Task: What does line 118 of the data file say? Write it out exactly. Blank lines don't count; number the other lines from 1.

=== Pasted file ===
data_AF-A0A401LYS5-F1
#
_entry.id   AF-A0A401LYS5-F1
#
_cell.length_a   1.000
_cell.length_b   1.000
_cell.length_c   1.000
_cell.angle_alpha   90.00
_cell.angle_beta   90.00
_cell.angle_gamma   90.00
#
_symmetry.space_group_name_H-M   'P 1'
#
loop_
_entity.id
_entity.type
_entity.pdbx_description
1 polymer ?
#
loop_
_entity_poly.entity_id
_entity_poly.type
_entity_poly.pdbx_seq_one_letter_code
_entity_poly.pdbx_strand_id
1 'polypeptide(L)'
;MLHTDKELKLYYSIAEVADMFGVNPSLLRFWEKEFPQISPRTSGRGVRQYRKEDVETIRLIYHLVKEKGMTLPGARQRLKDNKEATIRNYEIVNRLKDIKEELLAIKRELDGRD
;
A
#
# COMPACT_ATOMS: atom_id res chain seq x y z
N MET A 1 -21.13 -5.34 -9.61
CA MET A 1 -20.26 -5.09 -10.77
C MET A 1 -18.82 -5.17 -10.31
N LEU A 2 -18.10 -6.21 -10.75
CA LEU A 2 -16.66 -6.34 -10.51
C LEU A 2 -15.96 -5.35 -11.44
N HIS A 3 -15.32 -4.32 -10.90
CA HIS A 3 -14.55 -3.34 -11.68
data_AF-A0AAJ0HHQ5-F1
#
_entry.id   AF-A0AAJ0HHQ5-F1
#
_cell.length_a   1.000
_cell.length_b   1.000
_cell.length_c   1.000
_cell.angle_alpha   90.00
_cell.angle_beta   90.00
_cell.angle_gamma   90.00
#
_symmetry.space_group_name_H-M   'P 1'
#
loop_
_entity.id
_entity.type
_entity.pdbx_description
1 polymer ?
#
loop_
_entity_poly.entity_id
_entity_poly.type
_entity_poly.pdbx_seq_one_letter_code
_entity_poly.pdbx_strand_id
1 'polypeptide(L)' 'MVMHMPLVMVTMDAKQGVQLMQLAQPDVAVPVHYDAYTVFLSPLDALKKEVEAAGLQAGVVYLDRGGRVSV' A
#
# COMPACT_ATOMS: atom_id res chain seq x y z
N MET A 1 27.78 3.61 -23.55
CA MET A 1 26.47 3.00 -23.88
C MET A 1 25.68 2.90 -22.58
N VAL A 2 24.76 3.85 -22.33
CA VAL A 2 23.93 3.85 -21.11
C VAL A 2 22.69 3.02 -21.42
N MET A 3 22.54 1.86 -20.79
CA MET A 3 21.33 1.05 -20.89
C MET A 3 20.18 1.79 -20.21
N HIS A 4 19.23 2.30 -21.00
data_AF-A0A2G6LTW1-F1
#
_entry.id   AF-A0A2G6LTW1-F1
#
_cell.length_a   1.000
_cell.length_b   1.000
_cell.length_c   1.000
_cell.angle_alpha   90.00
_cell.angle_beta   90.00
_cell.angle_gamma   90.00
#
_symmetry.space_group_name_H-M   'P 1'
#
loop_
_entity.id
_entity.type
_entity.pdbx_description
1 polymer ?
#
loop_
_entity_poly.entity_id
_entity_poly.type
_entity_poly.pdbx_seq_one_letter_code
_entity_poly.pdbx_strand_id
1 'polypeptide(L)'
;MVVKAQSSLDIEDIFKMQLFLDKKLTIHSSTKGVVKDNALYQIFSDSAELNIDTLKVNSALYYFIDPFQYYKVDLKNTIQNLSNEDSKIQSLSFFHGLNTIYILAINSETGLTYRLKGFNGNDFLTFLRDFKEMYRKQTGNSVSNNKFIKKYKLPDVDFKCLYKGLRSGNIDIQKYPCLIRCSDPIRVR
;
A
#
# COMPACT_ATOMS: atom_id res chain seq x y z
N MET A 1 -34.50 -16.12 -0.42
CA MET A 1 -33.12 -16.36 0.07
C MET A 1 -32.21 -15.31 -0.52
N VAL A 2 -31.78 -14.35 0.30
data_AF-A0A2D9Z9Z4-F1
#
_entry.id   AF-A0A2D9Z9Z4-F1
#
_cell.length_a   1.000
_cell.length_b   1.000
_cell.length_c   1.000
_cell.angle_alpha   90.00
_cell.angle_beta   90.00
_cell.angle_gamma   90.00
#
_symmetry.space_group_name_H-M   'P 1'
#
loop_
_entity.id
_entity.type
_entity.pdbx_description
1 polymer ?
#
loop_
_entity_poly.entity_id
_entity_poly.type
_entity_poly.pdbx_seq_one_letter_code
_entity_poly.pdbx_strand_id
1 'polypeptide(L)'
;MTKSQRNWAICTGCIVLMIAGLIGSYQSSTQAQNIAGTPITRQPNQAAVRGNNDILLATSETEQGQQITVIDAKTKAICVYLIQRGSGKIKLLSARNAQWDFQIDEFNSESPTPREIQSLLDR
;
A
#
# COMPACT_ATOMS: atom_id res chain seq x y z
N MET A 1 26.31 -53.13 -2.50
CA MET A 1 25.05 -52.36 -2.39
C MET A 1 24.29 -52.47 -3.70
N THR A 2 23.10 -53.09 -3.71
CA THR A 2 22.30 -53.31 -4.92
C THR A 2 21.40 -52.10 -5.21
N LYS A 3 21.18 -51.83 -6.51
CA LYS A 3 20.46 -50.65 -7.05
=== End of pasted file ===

_cell.angle_beta   90.00